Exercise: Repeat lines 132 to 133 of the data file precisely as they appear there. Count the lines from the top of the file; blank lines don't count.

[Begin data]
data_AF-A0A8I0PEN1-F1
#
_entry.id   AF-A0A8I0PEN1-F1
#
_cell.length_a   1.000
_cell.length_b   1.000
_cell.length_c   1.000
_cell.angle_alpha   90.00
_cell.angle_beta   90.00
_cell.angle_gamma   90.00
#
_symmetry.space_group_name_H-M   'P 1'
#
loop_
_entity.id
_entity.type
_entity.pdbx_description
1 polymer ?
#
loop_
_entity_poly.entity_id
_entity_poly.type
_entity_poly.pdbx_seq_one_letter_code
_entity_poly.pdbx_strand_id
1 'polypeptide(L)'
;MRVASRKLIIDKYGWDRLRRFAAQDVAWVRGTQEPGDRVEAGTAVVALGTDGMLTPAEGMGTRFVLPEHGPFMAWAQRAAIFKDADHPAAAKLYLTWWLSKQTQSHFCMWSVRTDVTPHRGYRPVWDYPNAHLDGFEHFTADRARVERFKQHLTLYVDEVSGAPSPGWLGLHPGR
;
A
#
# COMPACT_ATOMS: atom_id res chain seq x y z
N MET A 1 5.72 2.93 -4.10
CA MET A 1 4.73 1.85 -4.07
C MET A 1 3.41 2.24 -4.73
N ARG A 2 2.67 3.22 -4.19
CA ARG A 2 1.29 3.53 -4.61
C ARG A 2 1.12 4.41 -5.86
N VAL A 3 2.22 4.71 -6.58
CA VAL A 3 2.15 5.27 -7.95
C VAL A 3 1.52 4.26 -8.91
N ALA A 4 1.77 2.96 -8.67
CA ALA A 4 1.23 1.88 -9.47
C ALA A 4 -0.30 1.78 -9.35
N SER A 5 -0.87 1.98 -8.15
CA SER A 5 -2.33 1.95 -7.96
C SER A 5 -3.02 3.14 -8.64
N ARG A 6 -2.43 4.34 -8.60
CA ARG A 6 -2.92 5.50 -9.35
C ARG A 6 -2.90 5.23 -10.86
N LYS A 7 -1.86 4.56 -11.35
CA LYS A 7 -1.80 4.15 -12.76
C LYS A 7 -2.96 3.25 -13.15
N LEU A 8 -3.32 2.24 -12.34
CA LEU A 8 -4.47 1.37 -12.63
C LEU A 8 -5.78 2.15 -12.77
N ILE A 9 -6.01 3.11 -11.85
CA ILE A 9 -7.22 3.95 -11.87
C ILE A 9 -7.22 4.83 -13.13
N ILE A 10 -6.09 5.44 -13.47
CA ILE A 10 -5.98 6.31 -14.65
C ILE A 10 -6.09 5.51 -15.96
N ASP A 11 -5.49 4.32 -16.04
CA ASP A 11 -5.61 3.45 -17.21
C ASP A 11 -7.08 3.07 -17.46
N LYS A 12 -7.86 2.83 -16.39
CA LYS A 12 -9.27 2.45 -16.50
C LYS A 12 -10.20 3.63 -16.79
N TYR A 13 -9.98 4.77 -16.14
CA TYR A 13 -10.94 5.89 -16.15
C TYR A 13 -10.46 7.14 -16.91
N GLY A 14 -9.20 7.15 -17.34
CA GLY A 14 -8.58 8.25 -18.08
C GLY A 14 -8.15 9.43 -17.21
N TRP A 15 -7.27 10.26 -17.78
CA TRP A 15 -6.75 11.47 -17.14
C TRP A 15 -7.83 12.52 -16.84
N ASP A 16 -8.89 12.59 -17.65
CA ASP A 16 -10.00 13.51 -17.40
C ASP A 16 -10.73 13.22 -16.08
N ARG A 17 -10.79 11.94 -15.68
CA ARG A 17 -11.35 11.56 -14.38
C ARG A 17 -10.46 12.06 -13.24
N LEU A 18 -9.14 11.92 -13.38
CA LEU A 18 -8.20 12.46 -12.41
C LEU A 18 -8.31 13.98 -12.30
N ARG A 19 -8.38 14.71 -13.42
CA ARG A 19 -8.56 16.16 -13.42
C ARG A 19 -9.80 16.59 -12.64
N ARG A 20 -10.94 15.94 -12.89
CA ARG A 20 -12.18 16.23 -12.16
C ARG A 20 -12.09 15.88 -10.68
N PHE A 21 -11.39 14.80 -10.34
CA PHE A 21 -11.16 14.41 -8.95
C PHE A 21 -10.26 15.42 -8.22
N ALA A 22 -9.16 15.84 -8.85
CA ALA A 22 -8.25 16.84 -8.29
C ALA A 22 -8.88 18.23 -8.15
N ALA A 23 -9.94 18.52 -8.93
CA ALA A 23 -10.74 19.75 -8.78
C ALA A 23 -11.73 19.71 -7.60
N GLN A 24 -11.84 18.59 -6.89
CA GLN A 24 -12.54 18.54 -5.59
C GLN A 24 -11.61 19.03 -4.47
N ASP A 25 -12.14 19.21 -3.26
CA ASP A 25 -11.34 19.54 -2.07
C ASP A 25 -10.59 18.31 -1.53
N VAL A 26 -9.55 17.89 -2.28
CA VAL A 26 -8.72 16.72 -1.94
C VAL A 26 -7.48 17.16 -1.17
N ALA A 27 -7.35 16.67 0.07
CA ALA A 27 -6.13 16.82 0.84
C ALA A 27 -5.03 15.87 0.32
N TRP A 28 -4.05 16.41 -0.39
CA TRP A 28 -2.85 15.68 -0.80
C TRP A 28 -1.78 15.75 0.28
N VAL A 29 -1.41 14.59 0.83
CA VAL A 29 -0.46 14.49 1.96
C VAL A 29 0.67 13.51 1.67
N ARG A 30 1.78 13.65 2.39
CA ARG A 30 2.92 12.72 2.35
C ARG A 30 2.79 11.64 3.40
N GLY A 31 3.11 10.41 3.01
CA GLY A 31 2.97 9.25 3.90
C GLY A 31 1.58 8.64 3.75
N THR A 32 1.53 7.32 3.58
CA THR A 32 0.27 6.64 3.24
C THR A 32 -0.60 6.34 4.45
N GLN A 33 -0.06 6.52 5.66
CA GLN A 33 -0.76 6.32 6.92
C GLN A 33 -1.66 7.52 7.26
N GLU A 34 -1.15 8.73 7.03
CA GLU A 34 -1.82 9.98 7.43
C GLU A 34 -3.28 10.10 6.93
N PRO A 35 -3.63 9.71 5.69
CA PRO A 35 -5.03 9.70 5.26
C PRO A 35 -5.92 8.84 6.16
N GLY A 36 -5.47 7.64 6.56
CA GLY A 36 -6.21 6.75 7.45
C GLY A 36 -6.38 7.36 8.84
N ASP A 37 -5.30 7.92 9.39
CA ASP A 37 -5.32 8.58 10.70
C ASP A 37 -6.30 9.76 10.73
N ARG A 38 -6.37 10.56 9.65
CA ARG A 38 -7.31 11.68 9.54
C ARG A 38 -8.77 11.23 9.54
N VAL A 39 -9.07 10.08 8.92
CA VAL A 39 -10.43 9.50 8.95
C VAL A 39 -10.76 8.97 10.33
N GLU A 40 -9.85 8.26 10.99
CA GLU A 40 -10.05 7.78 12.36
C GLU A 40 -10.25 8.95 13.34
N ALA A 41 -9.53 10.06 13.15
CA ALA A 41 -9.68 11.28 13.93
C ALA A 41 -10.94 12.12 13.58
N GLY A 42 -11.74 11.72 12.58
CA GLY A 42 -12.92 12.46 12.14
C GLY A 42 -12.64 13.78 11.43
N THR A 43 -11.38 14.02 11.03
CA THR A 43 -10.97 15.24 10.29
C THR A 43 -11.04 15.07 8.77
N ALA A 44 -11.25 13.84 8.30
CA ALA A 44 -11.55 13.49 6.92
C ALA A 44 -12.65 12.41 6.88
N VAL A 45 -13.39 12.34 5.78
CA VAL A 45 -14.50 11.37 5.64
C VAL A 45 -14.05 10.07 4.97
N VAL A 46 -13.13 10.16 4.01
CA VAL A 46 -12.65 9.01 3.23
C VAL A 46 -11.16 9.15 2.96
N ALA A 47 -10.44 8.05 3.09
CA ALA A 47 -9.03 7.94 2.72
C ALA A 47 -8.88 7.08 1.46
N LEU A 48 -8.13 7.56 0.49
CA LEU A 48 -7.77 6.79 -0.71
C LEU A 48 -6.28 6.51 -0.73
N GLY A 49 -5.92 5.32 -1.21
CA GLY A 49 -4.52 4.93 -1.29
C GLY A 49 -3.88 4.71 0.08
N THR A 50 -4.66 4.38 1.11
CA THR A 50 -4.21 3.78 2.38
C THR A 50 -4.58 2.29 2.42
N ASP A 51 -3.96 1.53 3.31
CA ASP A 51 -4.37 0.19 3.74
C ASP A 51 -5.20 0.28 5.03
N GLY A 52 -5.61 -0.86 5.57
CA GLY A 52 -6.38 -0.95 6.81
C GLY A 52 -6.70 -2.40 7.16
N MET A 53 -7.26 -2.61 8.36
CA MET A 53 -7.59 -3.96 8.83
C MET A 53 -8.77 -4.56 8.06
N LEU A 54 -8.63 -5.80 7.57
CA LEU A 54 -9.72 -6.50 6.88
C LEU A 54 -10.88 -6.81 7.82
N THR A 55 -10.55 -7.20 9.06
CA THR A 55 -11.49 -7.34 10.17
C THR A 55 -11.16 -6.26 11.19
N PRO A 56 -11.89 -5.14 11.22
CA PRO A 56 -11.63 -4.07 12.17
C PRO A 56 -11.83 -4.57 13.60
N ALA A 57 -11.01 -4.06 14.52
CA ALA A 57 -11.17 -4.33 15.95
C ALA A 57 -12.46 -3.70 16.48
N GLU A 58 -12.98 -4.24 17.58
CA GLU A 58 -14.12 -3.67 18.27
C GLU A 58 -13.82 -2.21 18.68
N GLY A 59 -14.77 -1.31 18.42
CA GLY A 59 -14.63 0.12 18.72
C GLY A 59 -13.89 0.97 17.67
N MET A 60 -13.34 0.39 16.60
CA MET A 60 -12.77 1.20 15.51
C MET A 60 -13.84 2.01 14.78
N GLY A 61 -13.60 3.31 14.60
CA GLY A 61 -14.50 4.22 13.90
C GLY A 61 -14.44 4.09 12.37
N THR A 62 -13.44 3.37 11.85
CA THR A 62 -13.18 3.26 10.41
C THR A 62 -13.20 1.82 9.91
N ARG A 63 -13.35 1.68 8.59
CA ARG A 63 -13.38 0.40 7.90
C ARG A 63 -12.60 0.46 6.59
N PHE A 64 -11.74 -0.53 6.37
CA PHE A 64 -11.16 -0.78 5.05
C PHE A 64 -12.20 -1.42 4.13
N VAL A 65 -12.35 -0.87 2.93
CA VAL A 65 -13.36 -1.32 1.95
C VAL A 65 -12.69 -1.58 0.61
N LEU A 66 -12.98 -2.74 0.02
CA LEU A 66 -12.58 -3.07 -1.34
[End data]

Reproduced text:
C GLU A 34 -3.28 10.10 6.93
N PRO A 35 -3.63 9.71 5.69